Phototaxis and Hydrotaxis effect on Armadillidium vulgare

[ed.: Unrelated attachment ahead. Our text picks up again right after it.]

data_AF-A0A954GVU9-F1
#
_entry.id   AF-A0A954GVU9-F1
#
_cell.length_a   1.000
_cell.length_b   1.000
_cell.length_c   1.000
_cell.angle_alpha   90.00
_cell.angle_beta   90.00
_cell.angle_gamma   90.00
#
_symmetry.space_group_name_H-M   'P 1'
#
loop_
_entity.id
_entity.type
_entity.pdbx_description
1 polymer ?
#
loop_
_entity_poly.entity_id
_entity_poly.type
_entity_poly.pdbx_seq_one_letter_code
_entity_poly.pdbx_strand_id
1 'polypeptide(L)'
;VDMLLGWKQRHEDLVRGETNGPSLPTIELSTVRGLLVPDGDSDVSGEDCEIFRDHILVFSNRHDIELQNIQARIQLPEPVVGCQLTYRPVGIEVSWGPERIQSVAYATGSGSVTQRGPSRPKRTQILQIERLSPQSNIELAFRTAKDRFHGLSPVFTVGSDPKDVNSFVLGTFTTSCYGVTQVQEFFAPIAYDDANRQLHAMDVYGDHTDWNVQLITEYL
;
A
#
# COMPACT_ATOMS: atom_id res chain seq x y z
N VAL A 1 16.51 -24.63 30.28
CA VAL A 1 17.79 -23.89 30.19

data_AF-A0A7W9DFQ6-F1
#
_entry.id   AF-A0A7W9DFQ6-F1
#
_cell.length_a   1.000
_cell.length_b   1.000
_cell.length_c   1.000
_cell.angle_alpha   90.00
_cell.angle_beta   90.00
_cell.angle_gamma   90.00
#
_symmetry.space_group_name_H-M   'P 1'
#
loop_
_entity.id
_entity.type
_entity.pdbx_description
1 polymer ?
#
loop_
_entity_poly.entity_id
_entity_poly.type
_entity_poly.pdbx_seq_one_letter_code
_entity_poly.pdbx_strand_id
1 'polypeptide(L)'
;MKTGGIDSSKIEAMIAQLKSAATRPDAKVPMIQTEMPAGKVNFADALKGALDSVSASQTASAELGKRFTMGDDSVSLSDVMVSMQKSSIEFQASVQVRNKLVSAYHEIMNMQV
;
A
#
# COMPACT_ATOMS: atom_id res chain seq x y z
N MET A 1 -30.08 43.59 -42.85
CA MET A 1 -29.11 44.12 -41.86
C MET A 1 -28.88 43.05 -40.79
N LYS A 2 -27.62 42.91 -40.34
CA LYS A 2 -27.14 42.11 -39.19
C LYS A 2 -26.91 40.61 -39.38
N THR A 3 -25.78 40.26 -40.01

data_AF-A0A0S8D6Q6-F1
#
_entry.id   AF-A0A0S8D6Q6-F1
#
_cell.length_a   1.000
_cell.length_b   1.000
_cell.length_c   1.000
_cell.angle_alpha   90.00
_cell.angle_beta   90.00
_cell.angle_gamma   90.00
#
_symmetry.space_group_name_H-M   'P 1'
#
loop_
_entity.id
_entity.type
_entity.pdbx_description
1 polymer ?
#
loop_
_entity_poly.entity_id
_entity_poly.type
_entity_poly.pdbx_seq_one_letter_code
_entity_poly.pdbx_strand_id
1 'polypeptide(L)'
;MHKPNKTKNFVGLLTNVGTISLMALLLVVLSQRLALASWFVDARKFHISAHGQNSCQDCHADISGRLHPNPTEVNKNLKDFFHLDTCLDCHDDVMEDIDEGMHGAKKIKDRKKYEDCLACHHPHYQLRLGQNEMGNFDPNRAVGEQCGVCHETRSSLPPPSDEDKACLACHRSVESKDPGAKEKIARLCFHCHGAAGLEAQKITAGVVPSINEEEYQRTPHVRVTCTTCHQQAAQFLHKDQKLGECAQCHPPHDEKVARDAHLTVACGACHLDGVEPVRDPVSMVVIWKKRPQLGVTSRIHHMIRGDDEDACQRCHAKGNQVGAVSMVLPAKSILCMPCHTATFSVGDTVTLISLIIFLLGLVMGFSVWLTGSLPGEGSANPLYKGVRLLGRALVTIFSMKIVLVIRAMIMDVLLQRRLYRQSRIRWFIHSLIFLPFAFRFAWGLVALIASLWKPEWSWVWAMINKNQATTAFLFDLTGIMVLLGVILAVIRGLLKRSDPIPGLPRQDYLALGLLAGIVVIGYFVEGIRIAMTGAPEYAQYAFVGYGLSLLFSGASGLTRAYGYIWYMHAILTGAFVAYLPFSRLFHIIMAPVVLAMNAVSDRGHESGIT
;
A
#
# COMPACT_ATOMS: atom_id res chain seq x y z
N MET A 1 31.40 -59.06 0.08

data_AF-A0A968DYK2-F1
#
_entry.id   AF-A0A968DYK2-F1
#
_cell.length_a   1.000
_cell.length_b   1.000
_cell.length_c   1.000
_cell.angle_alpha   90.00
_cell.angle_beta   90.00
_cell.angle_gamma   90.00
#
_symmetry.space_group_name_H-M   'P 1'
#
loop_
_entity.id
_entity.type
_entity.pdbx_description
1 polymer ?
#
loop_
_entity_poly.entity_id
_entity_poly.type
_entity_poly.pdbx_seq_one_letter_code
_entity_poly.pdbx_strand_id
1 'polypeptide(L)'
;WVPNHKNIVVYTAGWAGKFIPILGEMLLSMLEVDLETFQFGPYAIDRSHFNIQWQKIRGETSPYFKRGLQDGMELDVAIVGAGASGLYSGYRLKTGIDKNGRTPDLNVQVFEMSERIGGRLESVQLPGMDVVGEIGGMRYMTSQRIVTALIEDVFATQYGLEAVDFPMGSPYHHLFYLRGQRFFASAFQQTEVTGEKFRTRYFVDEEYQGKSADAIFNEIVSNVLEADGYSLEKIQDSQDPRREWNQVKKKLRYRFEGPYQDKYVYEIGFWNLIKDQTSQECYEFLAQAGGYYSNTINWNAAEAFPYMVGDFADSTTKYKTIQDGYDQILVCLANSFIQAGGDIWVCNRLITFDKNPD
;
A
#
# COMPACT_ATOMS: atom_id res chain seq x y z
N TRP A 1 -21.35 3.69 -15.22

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Introduction A hummingbird is attracted to bright colors, a bat feeds at night, and mice are attracted to warm dark places. Why is this and how do we explain these actions? Ethnology is the study of animal behavior. Animal behavior is observed through a species sensory response to stimuli which are categorized under innate and learned behavior. Innate behavior is an unlearned, inherited fixed action pattern, while learned behavior is not inherited but gradually ascertained throughout the life span of a species. Methods and Materials Seven experimental apparatus’ were constructed, like the one in figure 1. Two petri dishes were cut so as to be connected at one end then glued together on a small portion of wood blocking. The petri dishes simulate the testing environment and the connected end allows the specimens to move freely in between scenarios. First the phototaxis experiment was conducted by placing five Armadillidium vulgare in each side of the petri dish for a total of ten in the overall created environment. With no other variances added to either side, one petri dish was covered with a black cloth and the other was left exposed to light. The apparatus was then left undisturbed for ten minutes. After the elapsed time, the result of each specimen’s orientation was recorded and pooled for all seven of the experimental environments. Results There were notable differences between each test. Figure 2 demonstrates the actual results of the three separate experimental tests. The error bars suggest that there could be significance in the results but closer examination of the statistical data suggests otherwise. Table one compares the values of the statistical tests for each experiment. The phototaxis experiment resulted in a higher number of Armadillidium vulgare found in the light side of the experimental environment than in the dark side of the

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